Spain
are world football champions". Aljazeera. 12 July 2010. Retrieved 12 July 2010. ^ Stevenson, Jonathan (11 July 2010). " Netherlands
Netherlands
0–1 Spain". BBC Sport. British Broadcasting Corporation. Archived from the original on 11 July 2010. Retrieved 11 July 2010.  ^ Dall, James (11 July 2010). "World domination for Spain". Sky Sports. BSkyB. Archived from the original on 12 July 2010. Retrieved 11 July 2010.  ^ a b " South Africa
South Africa
2010 in numbers". FIFA.com. FIFA. 13 July 2010. Retrieved 18 July 2010.  ^ Hughes, Rob (11 July 2010). "World Cup Final Needed More Red Cards". The New York Times. The New York Times. Retrieved 12 July 2010.  ^ Ziegler, Martyn (25 August 2010). "Webb admits De Jong mistake". The Independent. Independent Print. Retrieved 30 May 2014.  ^ " Netherlands
Netherlands
0–1 Spain". BBC Sport. British Broadcasting Corporation. 11 July 2010. Retrieved 11 July 2010.  ^ " Spain
Spain
beat Holland 1–0 to win World Cup". AFP. 11 July 2010. Retrieved 11 July 2010.  ^ "Holland 0 Spain
Spain
1 (AET) - Andres Iniesta slays the beast as cynical Holland fall in extra time". Daily Mail. Associated Newspapers. 12 July 2010. Retrieved 27 September 2013.  ^ a b "World Cup 2010: Dutch coach criticises referee Webb". BBC Sport. British Broadcasting Corporation. 12 July 2010. Retrieved 12 July 2010.  ^ " 2010 FIFA World Cup
2010 FIFA World Cup
Final: Spain
Spain
vs. Netherlands. Spain
Spain
Wins Andres Iniesta Goal". Barcelona Reporter. 15 July 2010. Archived from the original on 13 May 2011. Retrieved 15 July 2010.  ^ "Final - Spain
Spain
vs. Holland (Sneijder's free kick hits the wall)". YouTube. 13 July 2010. Retrieved 15 July 2010.  ^ Iniesta dedicates winning goal to Jarque Archived 24 October 2012 at the Wayback Machine.; ESPN Soccernet, 11 July 2010 ^ a b "Tactical Line-up – Final – Netherlands-Spain" (PDF). FIFA.com. Fédération Internationale de Football Association. 11 July 2010. Retrieved 11 July 2010.  ^ Ironically those matches were also the first titles for either side ^ "2010 World Cup: Johan Cruyff
Johan Cruyff
disgusted by Netherlands' approach - ESPN Soccernet". Soccernet.espn.go.com. 11 July 2010. Archived from the original on 15 July 2010. Retrieved 15 July 2010.  ^ "Third time's no charm for Dutch". The Japan Times. 14 July 2010. Retrieved 19 July 2010.  ^ "World Cup 2010: Dutch coach criticises referee Webb". BBC Sport. 12 July 2010. Archived from the original on 15 July 2010. Retrieved 15 July 2010.  ^ "Robin Van Persie Blasts World Cup Final Referee Howard Webb". Totalfootballmadness.com. Archived from the original on 2 January 2011. Retrieved 15 July 2010.  ^ Burt, Jason (13 July 2010). "World Cup 2010: Holland attack 'chump' Howard Webb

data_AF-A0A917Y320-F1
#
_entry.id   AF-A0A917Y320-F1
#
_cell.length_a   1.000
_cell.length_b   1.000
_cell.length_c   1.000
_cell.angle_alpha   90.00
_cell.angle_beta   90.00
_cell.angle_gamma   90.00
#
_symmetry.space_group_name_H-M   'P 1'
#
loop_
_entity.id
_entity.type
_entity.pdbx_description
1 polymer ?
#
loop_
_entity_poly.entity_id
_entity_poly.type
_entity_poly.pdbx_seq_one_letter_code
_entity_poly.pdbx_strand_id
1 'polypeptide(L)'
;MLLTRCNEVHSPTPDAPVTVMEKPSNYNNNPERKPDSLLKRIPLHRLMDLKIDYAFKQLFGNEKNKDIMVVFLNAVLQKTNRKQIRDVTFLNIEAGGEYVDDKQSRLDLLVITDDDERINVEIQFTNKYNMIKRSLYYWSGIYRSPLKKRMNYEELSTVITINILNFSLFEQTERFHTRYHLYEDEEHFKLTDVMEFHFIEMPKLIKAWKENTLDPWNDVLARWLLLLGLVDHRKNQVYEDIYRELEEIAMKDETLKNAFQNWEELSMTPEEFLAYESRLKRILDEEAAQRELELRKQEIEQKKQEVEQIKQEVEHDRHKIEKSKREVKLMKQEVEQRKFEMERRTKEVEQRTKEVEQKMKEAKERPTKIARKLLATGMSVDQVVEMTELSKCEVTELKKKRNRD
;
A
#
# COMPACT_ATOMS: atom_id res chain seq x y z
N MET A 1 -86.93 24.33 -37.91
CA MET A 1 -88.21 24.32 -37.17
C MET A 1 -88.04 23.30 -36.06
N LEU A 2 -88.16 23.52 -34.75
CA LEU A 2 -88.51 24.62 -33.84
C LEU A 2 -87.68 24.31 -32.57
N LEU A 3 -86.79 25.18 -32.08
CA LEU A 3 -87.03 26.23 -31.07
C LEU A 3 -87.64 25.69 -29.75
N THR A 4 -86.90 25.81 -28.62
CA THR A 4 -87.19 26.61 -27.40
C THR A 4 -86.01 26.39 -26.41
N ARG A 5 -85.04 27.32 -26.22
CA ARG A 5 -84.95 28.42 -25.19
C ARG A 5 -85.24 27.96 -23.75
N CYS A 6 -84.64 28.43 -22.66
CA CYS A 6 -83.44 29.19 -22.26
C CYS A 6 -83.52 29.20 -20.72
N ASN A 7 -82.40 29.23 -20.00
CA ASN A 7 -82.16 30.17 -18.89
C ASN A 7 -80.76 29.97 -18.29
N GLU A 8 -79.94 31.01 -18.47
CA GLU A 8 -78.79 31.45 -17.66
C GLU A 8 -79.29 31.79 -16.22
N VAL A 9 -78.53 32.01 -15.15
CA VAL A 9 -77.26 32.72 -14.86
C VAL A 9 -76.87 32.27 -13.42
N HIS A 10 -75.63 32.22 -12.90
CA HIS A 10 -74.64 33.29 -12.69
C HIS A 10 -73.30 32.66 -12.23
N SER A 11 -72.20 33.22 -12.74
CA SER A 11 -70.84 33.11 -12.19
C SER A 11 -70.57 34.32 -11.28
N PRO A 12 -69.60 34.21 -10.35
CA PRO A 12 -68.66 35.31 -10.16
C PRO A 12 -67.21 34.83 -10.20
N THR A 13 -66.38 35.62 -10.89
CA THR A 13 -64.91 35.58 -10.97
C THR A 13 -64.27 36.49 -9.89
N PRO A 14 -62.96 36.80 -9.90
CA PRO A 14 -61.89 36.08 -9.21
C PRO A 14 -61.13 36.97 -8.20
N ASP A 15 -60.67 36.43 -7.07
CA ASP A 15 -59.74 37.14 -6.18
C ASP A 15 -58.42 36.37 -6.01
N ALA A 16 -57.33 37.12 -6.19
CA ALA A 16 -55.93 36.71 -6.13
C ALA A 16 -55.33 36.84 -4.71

Howard Webb
for refereeing 'scandal'". Telegraph. London. Archived from the original on 14 July 2010. Retrieved 15 July 2010.  ^ "Spanish media slams Webb choice". Kickoff.com. 9 July 2010. Archived from the original on 11 July 2010. Retrieved 14 July 2010.  ^ "World Cup 2010: Spain
Spain
1-0 Netherlands
Netherlands
- Referee Analysis". Goal.com. 11 July 2010. Archived from the original on 14 July 2010. Retrieved 16 July 2010.  ^ "Sam Wallace: It is far too easy and lazy to blame the referee this time". The Independent. London. 13 July 2010. Archived from the original on 15 July 2010. Retrieved 15 July 2010.  ^ a b "World Cup 2010: Webb faced 'hard task' says Blatter". BBC Sport. 12 July 2010. Archived from the original on 15 July 2010. Retrieved 15 July 2010.  ^ " Netherlands
Netherlands
Midfielder Nigel De Jong Admits He Was Lucky To Stay On The Pitch Against Spain". Goal.com. 12 July 2010. Retrieved 15 July 2010.  ^ Wilson, Paul (25 August 2010). "I should have shown Nigel de Jong
Nigel de Jong
a red card, says Howard Webb". The Guardian. London. Retrieved 23 November 2010.  ^ "Sensational Party for Oranje in Amsterdam". World Cup Blog. 14 July 2010. Archived from the original on 17 July 2010. Retrieved 15 July 2010.  ^ " Netherlands
Netherlands
captain, coach knighted". Sowetan. 14 July 2010. Retrieved 15 July 2010. [permanent dead link] ^ " Spain
Spain
must wait for place in pantheon". ESPN Soccernet. 11 July 2010. Archived from the original on 15 July 2010. Retrieved 15 July 2010.  ^ " Franz Beckenbauer
Franz Beckenbauer
Blasts Spain
Spain
And Netherlands
Netherlands
For Football "Anti-Advertisement"". Goal.com. 13 July 2010. Retrieved 15 July 2010.  ^ "Spain's win down to possession, not goals". DW-WORLD.de. 12 July 2010. Retrieved 25 July 2010.  ^ "Mick Hume on the World Cup". spiked-online.com. 12 July 2010. Archived from the original on 15 July 2010. Retrieved 25 July 2010.  ^ " 2010 FIFA World Cup
2010 FIFA World Cup
Final: How Spain
Spain
Won It". Bleacher Report. 13 July 2010. Retrieved 25 July 2010.  ^ "World Cup 2010: Anti-Football's Defeat Brings Hope To Beautiful Game". Bleacher Report. 15 July 2010. Retrieved 30 July 2010.  ^ "World Cup 2010: A win for the beautiful game". todayonline.com. 13 July 2010. Archived from the original on 16 July 2010. Retrieved 30 July 2010.  ^ "Football wins as Spain
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FIFA
World Cup South Africa". FIFA.com. FIFA. 11 July 2011. Retrieved 30 May 2014.  ^ a b c Lamansky, Todd (13 July 2010). " 2010 FIFA World Cup
2010 FIFA World Cup